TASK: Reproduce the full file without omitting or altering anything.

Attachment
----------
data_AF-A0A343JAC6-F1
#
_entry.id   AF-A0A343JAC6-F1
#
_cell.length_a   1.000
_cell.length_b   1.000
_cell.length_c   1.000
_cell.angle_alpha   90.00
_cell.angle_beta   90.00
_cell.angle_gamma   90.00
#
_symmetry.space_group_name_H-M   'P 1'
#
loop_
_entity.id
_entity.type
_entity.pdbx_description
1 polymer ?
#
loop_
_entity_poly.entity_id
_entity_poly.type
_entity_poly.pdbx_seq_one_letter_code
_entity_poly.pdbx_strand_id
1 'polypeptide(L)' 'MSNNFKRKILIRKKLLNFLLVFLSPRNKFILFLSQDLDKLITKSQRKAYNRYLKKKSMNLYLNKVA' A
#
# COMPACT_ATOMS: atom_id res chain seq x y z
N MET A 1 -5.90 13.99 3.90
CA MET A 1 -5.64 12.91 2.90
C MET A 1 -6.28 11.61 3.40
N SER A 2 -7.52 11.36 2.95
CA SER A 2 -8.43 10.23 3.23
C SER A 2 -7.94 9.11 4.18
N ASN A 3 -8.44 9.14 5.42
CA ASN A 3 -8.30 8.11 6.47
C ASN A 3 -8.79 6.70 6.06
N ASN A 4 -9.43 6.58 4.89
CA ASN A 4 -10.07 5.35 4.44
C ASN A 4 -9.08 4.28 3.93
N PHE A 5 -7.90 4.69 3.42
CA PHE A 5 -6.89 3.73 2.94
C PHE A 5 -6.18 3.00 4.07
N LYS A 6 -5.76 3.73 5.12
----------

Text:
data_AF-A0A343JAC6-F1
#
_entry.id   AF-A0A343JAC6-F1
#
_cell.length_a   1.000
_cell.length_b   1.000
_cell.length_c   1.000
_cell.angle_alpha   90.00
_cell.angle_beta   90.00
_cell.angle_gamma   90.00
#
_symmetry.space_group_name_H-M   'P 1'
#
loop_
_entity.id
_entity.type
_entity.pdbx_description
1 polymer ?
#
loop_
_entity_poly.entity_id
_entity_poly.type
_entity_poly.pdbx_seq_one_letter_code
_entity_poly.pdbx_strand_id
1 'polypeptide(L)' 'MSNNFKRKILIRKKLLNFLLVFLSPRNKFILFLSQDLDKLITKSQRKAYNRYLKKKSMNLYLNKVA' A
#
# COMPACT_ATOMS: atom_id res chain seq x y z
N MET A 1 -5.90 13.99 3.90
CA MET A 1 -5.64 12.91 2.90
C MET A 1 -6.28 11.61 3.40
N SER A 2 -7.52 11.36 2.95
CA SER A 2 -8.43 10.23 3.23
C SER A 2 -7.94 9.11 4.18
N ASN A 3 -8.44 9.14 5.42
CA ASN A 3 -8.30 8.11 6.47
C ASN A 3 -8.79 6.70 6.06
N ASN A 4 -9.43 6.58 4.89
CA ASN A 4 -10.07 5.35 4.44
C ASN A 4 -9.08 4.28 3.93
N PHE A 5 -7.90 4.69 3.42
CA PHE A 5 -6.89 3.73 2.94
C PHE A 5 -6.18 3.00 4.07
N LYS A 6 -5.76 3.73 5.12